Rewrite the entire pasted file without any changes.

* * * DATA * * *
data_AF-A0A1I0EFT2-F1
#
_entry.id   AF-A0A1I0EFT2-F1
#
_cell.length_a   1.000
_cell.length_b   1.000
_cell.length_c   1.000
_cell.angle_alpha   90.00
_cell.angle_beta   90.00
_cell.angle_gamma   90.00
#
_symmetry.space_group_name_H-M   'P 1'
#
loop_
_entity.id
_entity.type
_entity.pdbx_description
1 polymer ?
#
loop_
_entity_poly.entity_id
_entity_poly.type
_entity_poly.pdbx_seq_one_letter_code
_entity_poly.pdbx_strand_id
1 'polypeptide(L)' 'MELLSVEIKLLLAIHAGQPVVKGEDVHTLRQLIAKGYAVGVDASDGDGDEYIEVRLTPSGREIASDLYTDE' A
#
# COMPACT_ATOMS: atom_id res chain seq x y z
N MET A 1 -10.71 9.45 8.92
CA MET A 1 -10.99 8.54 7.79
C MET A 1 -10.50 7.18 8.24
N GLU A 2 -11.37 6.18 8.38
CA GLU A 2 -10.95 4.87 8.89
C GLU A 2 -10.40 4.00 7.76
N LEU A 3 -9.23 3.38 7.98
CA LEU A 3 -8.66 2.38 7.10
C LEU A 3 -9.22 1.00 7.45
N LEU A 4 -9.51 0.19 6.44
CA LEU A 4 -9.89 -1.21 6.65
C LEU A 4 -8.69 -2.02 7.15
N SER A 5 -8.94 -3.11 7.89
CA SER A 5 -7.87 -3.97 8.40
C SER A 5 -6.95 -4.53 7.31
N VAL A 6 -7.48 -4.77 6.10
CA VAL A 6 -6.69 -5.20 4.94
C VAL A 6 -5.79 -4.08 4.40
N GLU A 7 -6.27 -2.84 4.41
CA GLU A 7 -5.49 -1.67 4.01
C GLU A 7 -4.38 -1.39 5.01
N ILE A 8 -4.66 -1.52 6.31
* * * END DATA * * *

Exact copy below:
data_AF-A0A1I0EFT2-F1
#
_entry.id   AF-A0A1I0EFT2-F1
#
_cell.length_a   1.000
_cell.length_b   1.000
_cell.length_c   1.000
_cell.angle_alpha   90.00
_cell.angle_beta   90.00
_cell.angle_gamma   90.00
#
_symmetry.space_group_name_H-M   'P 1'
#
loop_
_entity.id
_entity.type
_entity.pdbx_description
1 polymer ?
#
loop_
_entity_poly.entity_id
_entity_poly.type
_entity_poly.pdbx_seq_one_letter_code
_entity_poly.pdbx_strand_id
1 'polypeptide(L)' 'MELLSVEIKLLLAIHAGQPVVKGEDVHTLRQLIAKGYAVGVDASDGDGDEYIEVRLTPSGREIASDLYTDE' A
#
# COMPACT_ATOMS: atom_id res chain seq x y z
N MET A 1 -10.71 9.45 8.92
CA MET A 1 -10.99 8.54 7.79
C MET A 1 -10.50 7.18 8.24
N GLU A 2 -11.37 6.18 8.38
CA GLU A 2 -10.95 4.87 8.89
C GLU A 2 -10.40 4.00 7.76
N LEU A 3 -9.23 3.38 7.98
CA LEU A 3 -8.66 2.38 7.10
C LEU A 3 -9.22 1.00 7.45
N LEU A 4 -9.51 0.19 6.44
CA LEU A 4 -9.89 -1.21 6.65
C LEU A 4 -8.69 -2.02 7.15
N SER A 5 -8.94 -3.11 7.89
CA SER A 5 -7.87 -3.97 8.40
C SER A 5 -6.95 -4.53 7.31
N VAL A 6 -7.48 -4.77 6.10
CA VAL A 6 -6.69 -5.20 4.94
C VAL A 6 -5.79 -4.08 4.40
N GLU A 7 -6.27 -2.84 4.41
CA GLU A 7 -5.49 -1.67 4.01
C GLU A 7 -4.38 -1.39 5.01
N ILE A 8 -4.66 -1.52 6.31